8. jetslakersfan says: Jul 18, 2013 3:44 PM

    This is sad that a man is retiring trying to get his life together. He can still be suspended if he comes back so the media need to stop writing there opinion on somethings.

  9. thestrategyexpert says: Jul 18, 2013 3:47 PM


    But this is supposed to be a professional football franchise, not a rehab facility. Make up your mind what business you want to be in.

  10. rcali says: Jul 18, 2013 3:53 PM

    Great, another unemployable ex NFL player soon to be living on the rest of us.

  11. skum01 says: Jul 18, 2013 3:57 PM

    Don’t forget Ray “Deer Antler” Lewis on that list.

  12. ccjcsr says: Jul 18, 2013 4:03 PM

    Rick Spielman is a Magician says:
    Jul 18, 2013 3:35 PM

    I don’t see what he gains by retiring. If he comes back, Goodell can still suspend him.

    Possibly NFL Pension is the reason, time served etc. I’m not a Financial Advisor but I did stay at a Holiday Inn.

  13. garyhd01 says: Jul 18, 2013 4:10 PM

    the answer to the why retire now is simple due to the fact that the cowboys retain the rights to him he needs to do whats right if he ever is able to come back. from what I hear the cowboys don’t suffer the cap hit because he retired, he scratches the cowboys back maybe they will later scratch his we shall see

  14. whatnojets says: Jul 18, 2013 4:20 PM

    Retirement= time served

  15. nicopenelope says: Jul 18, 2013 5:06 PM

    I think that trend started with Favre. No way he retires if not for the texting incident.

  16. nananatman says: Jul 18, 2013 5:07 PM

    Unless they make it you can’t return from retirement when one does it to avoid penalty.

  17. mattgalpin says: Jul 18, 2013 6:10 PM

    Whatever happened to keeping your nose clean? Just stay out of trouble.

  18. delshofner says: Jul 18, 2013 6:21 PM

    This article makes no sense. If he wants to play ASAP, get the legal ruling as soon as possible. Then the NFL suspension will be immediate, and the league suspension will be concurrent with the practical unavailability to play.

    This way, he’s serving a self-imposed suspension until he “un-retires” and then the NFL suspension starts.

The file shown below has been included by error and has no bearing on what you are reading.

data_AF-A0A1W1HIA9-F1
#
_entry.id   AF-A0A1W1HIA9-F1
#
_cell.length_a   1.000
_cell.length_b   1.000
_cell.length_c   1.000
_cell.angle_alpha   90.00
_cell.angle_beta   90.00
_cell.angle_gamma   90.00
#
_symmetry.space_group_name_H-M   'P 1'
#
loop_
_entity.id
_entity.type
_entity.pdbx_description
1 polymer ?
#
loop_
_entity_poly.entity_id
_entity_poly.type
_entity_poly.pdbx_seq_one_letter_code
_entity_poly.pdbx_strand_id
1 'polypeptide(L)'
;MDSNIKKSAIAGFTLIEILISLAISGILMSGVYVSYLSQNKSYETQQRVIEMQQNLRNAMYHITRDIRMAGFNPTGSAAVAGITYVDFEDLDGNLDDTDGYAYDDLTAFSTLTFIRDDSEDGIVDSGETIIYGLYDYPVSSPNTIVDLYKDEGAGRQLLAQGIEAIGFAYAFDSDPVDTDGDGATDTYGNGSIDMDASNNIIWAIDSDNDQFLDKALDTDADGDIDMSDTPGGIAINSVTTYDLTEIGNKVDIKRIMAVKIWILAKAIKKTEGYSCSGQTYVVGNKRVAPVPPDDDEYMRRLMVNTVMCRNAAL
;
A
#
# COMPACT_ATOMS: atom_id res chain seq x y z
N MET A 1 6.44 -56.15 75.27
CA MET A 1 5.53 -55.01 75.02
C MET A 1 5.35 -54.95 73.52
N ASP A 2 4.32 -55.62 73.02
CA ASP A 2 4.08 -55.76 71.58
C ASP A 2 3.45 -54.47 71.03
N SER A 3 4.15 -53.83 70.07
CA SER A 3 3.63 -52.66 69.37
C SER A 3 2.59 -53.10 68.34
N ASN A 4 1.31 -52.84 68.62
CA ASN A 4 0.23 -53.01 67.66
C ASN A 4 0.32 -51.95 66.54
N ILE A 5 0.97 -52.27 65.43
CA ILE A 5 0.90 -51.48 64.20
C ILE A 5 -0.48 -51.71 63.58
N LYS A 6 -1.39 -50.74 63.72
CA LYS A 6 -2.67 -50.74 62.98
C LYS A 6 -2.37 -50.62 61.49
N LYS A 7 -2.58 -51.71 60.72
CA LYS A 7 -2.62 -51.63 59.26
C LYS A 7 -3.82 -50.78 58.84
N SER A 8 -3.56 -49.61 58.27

More likely the real reason is he doesn’t want his court case prejudiced by an NFL suspension. Maybe that is at least a smart reason.

  19. g2-565cfd5c11a869191e3803cf365dd100 says: Jul 18, 2013 6:30 PM

    Worked for Jordan

  20. charger383 says: Jul 18, 2013 6:43 PM

    I would like to see Goodell retire

  21. nou04 says: Jul 18, 2013 8:55 PM

    For some inexplicable reason, Dallas wouldn’t cut him, so I am glad he decided to retire. I was ok with Dallas standing by him after the incident, but when he failed, not one, but two drug tests, he needed to be cut. He obviously does not get it and should have been cut.

    I do hope he gets the important things in life in order, but at last, good riddance.

  22. darkglobe1 says: Jul 18, 2013 9:05 PM

    I can only assume that by “retiring” he isn’t subject to league drug testing.

  23. moss49thteam says: Jul 18, 2013 11:51 PM

    If “retirement” is now the new latest and greatest strategy for players to take to avoid punishment and still get a retirement …..

    That makes players like Andre “Bad Moon” Rison and former Jaguars Jimmy Smith trend setters.

    To think this is new means that you have not really been paying attention.

  24. joetoronto says: Jul 19, 2013 3:59 AM

    charger383 says:
    Jul 18, 2013 6:43 PM
    I would like to see Goodell retire
    Ya, the players don’t need Goodell’s heavy hand, they can handle themselves just fine.

    My God man, SMH.

  25. laffers says: Sep 2, 2016 11:48 AM

    While in theory it sounds like a good plan but what is to stop the league from punishing him for another year after he un-retires?